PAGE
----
Missourians Respond to Supreme Court Church Ruling

SPRINGFIELD, Mo. –- A United States Supreme Court ruling Monday will allow Missouri churches to accept government funding for certain, non-religious things, like school playgrounds.

The ruling comes after Trinity Lutheran Church in Columbia effectively sued the state of Missouri, in Trinity Lutheran of Columbia v. Comer, for excluding it from a grant program using recycled tires to make playground surfaces safer. Carol Comer is the director of the Missouri Department of Natural Resources, which denied the church’s request to be considered for the grant program.

Like many supreme court rulings, the impact of Monday’s decision is expected to reach much farther than the Missouri state borders.

“The Missouri Department of Natural Resources has not subjected anyone to chains or torture on account of religion,” the ruling  said. “The consequence is, in all likelihood, a few extra scraped knees. But the exclusion of Trinity Lutheran from a public benefit for which it is otherwise qualified, solely because it is a church, is odious to our Constitution all the same, and cannot stand.”

Mike McShane, the director of educational policy for the Show-Me Institute, said the ruling in favor of the Missouri church is expected to ripple throughout the country.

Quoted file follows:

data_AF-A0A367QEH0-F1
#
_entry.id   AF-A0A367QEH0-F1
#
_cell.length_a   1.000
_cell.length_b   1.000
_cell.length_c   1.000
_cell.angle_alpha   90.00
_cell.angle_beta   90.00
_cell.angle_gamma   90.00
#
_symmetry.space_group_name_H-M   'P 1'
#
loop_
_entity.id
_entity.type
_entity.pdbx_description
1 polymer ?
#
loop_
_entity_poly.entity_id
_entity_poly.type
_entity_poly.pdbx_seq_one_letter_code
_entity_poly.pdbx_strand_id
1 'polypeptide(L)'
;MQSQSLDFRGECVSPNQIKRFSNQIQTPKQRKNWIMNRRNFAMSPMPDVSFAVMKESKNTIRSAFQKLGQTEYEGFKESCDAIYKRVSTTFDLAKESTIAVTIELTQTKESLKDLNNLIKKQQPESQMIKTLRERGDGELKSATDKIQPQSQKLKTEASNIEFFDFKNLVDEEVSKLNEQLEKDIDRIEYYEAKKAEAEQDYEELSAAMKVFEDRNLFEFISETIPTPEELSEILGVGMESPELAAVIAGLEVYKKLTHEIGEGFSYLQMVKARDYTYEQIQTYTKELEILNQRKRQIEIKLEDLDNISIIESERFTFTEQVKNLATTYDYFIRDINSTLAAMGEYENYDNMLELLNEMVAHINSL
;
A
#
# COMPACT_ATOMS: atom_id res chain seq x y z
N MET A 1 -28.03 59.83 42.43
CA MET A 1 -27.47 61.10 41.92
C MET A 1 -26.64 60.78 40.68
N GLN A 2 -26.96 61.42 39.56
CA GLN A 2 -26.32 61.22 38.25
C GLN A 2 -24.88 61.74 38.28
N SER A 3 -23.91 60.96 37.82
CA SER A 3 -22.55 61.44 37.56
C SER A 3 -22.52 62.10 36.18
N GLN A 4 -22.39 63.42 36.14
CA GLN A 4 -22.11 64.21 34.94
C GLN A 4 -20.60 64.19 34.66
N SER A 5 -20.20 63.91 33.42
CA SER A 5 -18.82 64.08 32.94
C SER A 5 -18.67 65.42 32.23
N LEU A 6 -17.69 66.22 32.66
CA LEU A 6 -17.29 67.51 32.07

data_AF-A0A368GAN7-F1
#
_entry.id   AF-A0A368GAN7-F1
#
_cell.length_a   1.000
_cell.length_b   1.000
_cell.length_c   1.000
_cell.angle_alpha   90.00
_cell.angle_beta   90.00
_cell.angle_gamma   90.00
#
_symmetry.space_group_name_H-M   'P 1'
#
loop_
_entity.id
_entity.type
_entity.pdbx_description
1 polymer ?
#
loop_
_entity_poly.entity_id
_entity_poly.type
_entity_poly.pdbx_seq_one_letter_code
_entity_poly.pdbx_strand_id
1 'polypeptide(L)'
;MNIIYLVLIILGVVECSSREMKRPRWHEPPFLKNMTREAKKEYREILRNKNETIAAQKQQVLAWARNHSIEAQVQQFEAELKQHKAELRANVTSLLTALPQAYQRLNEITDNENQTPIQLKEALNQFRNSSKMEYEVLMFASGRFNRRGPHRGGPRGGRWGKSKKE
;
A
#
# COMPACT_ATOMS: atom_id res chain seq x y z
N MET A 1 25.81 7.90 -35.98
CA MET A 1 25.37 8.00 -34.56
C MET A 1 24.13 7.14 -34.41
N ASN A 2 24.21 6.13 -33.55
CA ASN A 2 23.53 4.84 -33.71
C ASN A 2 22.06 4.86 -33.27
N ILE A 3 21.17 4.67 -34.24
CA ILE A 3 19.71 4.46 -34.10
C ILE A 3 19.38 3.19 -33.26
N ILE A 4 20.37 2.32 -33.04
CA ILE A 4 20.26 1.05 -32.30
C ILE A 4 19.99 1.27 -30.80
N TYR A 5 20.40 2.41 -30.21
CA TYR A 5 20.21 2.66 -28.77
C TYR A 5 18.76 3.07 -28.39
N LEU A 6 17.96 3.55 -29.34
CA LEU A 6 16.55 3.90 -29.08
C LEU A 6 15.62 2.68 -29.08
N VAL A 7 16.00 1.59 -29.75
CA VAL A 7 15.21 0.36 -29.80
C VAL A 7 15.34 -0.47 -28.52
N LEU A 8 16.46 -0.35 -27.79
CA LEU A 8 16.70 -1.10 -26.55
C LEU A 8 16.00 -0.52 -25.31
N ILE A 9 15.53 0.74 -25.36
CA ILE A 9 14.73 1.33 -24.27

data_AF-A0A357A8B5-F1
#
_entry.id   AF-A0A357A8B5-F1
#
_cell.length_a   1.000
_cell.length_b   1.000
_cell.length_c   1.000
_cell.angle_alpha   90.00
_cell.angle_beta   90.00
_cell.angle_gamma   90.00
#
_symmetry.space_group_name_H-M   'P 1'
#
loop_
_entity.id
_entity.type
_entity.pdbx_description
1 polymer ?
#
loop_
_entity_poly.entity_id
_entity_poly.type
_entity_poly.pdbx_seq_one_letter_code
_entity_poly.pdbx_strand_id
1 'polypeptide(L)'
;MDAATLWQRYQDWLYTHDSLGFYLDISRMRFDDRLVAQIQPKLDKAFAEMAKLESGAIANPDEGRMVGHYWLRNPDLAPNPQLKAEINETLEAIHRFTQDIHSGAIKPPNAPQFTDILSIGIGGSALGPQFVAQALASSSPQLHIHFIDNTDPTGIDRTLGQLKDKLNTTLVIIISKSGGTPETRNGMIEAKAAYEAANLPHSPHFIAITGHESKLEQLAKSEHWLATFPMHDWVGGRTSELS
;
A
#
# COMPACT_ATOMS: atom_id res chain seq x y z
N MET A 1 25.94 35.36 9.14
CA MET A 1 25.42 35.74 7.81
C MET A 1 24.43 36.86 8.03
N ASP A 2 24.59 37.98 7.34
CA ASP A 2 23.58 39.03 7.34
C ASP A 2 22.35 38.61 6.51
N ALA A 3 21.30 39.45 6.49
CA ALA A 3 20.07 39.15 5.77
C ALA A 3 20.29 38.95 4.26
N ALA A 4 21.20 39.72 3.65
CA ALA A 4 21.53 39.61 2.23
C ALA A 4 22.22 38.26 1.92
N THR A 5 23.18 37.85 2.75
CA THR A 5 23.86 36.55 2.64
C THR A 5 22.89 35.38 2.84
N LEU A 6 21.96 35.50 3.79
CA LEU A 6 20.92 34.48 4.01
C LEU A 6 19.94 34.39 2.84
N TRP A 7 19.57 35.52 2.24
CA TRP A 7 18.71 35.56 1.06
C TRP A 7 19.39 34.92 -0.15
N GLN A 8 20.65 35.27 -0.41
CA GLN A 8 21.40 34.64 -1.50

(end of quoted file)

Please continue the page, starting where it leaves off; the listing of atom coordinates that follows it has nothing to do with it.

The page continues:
"The ruling today was specifically talking about Missouri's constitution, but it would apply to constitutions in 38 other states,” McShane said.

McShane said the ruling makes it possible for religious organizations to apply for grants, but does not guarantee they will be awarded any money.

"So it doesn't put its thumb on the scale and give bonus points because an organization is religious, but it also can't discriminate against it,” he said.

Gov. Eric Greitens tweeted Monday morning after the decision, writing, "Proud to have reversed Missouri policy that discriminated against faith groups. Today, SCOTUS agreed, 7-2. Great victory for people of faith."

Twitter uses were quick to fire back, some citing taxes.

Sondra said, “I don’t want any of my tax dollars for any religious group. I have faith but it is tax free so  they don’t need my tax dollars."

Others seemingly challenged Greitens on religious inclusion.

Caitlin said, “By faith you mean only Christianity, yes?”

The ruling itself is not specific to one religion, and only applies to non-religious activities within the church.

"It's not about constructing churches, or buying Bibles, or any of that sort of stuff,” McShane said.

The ACLU of Missouri commented on the ruling Monday.

“Today’s decision is disappointing because religious freedom should protect unwilling taxpayers from funding church property, not force them to foot the bill,” Tony Rothert, the ACLU of Missouri’s legal director, said. “The court’s ruling, however, is limited to the peculiar facts of the case and does not give the government unlimited authority to fund religious activity.”

The Diocese of Springfield-Cape Girardeau also issued a statement Monday:

“Given the Church's commitments toward charitable outreach, education, health-care, and our preferential option for the poor, no matter one's religion, we find it good news that the US Supreme Court ruled today that states cannot discriminate against faith-based institutions when giving grants for secular purposes.”

KOLR10 reached out to several other local churches that denied comment.


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